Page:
The graphs below summarise and illustrate the main simulation results:

No measures

General Social Distancing (50% Compliance)

General Social Distancing (80% Compliance)

Social Distancing of sick with symptoms

General Social Distancing (60% Compli- ance) and of sick with symptoms

Quarantine of sick with symptoms (100% Compliance)

Alleviated restrictions, Smart Distancing and tracking of contacts

Increasingly, the debate focuses on whether to replace social distancing with alternative, less restrictive measures that are often called Smart Distancing. The present model allows to implement various such measures and analyse their possible consequences. In particular, variations of the model may combine a host of different policies, including general social distancing (applied to larger or smaller subgroups of the population) as well as targeted distancing or quarantining of sick people and possibly their contacts. Analysing such model variations is useful for assessing the robustness of the measures  under different degrees of social compliance. In comparison with the most disruptive approach (general social distancing combined with strict quarantines of everybody infected), any relaxation of measures increases the epidemic’s spread. Naturally, which containment measures are judged sufficient will depend on what level of spread is considered acceptable, but also on the social, health or economic objectives pursued.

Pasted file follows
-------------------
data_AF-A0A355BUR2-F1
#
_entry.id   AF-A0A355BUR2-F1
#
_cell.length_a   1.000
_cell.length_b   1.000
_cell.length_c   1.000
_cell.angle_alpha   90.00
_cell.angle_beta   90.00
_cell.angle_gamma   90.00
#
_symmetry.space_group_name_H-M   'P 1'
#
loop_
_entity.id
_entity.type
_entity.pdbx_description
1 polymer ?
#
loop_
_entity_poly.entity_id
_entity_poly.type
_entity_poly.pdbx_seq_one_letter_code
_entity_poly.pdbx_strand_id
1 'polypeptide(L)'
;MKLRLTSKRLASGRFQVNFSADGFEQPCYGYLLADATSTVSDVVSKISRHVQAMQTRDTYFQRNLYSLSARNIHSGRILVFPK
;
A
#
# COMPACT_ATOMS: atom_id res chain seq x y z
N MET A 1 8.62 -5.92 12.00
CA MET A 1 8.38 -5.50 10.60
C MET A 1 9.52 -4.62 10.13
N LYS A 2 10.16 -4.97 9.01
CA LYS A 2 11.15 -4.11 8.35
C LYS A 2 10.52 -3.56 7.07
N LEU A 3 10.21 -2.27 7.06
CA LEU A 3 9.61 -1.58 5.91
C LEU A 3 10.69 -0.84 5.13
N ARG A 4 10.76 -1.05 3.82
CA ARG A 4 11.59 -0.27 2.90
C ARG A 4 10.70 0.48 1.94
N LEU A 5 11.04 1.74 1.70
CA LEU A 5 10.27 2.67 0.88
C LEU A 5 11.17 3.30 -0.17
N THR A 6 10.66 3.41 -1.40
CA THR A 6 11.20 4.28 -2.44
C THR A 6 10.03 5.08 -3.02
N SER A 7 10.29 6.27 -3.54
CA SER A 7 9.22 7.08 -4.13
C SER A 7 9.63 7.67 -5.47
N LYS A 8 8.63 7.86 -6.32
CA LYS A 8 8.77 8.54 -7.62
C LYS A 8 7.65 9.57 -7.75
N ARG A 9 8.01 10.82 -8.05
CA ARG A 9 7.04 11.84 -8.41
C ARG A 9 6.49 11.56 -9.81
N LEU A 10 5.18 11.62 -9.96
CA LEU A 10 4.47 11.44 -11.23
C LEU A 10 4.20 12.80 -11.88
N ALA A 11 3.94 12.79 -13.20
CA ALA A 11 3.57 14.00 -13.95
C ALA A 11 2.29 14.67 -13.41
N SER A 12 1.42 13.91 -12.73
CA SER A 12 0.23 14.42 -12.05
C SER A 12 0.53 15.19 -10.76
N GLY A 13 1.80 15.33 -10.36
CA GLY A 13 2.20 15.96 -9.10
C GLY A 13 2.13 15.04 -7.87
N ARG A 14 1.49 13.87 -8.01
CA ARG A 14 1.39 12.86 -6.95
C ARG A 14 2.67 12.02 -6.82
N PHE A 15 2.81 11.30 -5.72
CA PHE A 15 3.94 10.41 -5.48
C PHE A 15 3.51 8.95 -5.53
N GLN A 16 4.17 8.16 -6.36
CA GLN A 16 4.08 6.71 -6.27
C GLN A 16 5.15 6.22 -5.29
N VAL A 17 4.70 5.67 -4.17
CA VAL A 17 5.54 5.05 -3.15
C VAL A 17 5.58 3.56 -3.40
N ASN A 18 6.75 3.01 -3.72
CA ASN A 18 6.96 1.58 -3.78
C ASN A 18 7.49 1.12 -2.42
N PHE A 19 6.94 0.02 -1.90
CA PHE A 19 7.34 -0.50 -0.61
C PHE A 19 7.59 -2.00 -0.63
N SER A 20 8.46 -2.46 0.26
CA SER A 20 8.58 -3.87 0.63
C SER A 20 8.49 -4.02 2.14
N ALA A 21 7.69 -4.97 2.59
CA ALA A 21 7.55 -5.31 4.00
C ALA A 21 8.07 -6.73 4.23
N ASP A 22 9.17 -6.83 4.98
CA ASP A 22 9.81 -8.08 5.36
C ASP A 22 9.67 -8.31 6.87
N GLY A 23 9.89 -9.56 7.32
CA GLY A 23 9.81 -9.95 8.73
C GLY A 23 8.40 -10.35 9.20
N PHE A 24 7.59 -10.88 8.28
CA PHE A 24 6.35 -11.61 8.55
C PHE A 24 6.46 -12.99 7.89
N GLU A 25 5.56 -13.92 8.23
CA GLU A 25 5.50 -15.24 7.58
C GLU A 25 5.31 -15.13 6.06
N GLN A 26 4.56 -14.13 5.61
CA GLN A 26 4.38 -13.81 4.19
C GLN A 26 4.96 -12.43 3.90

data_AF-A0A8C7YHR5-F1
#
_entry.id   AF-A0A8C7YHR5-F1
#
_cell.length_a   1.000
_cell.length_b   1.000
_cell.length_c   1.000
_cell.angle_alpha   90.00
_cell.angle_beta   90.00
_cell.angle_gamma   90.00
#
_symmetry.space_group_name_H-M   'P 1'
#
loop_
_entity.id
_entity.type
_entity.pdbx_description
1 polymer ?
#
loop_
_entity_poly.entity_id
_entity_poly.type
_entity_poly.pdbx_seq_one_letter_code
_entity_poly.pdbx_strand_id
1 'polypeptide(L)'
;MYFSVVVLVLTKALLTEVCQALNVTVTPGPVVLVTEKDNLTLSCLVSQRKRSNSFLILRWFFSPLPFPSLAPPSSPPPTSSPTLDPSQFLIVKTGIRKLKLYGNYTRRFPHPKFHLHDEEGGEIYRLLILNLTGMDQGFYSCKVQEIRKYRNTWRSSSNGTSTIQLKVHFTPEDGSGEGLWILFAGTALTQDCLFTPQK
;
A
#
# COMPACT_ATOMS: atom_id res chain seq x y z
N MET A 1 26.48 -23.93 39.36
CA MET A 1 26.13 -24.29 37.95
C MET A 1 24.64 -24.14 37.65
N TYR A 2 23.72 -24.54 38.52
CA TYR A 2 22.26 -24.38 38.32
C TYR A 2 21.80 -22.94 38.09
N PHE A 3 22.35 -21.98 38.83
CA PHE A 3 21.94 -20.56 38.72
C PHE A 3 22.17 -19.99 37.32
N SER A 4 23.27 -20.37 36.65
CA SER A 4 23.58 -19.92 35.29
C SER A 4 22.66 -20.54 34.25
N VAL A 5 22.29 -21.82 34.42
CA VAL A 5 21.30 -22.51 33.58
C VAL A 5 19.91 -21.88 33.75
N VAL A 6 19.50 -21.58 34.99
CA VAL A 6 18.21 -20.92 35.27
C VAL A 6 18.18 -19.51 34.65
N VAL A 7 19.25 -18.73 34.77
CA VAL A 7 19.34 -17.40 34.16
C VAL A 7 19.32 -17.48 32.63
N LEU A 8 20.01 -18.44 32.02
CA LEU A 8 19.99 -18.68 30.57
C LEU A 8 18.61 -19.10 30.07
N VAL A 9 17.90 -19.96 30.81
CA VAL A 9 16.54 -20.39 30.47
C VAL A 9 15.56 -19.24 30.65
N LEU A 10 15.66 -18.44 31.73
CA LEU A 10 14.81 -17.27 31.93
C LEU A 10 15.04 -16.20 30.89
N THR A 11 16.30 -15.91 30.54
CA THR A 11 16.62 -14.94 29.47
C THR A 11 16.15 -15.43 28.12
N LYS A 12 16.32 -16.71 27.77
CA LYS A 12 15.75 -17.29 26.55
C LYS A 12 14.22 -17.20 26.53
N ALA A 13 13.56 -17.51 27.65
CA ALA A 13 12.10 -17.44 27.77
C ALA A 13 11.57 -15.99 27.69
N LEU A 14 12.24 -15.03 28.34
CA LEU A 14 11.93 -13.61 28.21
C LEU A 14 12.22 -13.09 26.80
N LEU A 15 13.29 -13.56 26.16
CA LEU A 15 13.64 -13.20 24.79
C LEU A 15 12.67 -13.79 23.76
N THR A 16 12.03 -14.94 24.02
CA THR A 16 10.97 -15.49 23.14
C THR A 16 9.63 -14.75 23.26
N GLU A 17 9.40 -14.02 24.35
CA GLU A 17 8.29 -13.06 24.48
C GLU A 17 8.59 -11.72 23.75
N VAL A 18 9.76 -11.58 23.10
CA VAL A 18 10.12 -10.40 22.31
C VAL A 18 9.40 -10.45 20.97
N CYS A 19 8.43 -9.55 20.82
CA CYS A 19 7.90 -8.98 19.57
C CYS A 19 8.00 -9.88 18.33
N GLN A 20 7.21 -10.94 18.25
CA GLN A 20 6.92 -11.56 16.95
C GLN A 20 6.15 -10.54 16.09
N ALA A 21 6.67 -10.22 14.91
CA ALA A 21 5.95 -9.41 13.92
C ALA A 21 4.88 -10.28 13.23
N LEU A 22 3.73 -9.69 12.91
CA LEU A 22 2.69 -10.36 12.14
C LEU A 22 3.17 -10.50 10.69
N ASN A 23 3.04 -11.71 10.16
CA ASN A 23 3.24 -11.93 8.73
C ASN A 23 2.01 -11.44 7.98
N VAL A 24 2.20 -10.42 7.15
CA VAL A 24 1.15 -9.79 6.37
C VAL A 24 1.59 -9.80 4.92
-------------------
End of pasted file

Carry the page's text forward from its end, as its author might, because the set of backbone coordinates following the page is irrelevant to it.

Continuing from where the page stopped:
Consequently, the model permits the user to explore different packages of measures and their effects. We should note, however, that an exclusive focus on CoViD-19 patients and their immediate contact persons are only sufficient if these individuals exhibit very high levels of compliance. As discussed above, this may be difficult to achieve in reality. The model’s results, hence, suggest that such targeted measures should always be accompanied by broad approaches, e.g. social distancing among parts of the general population.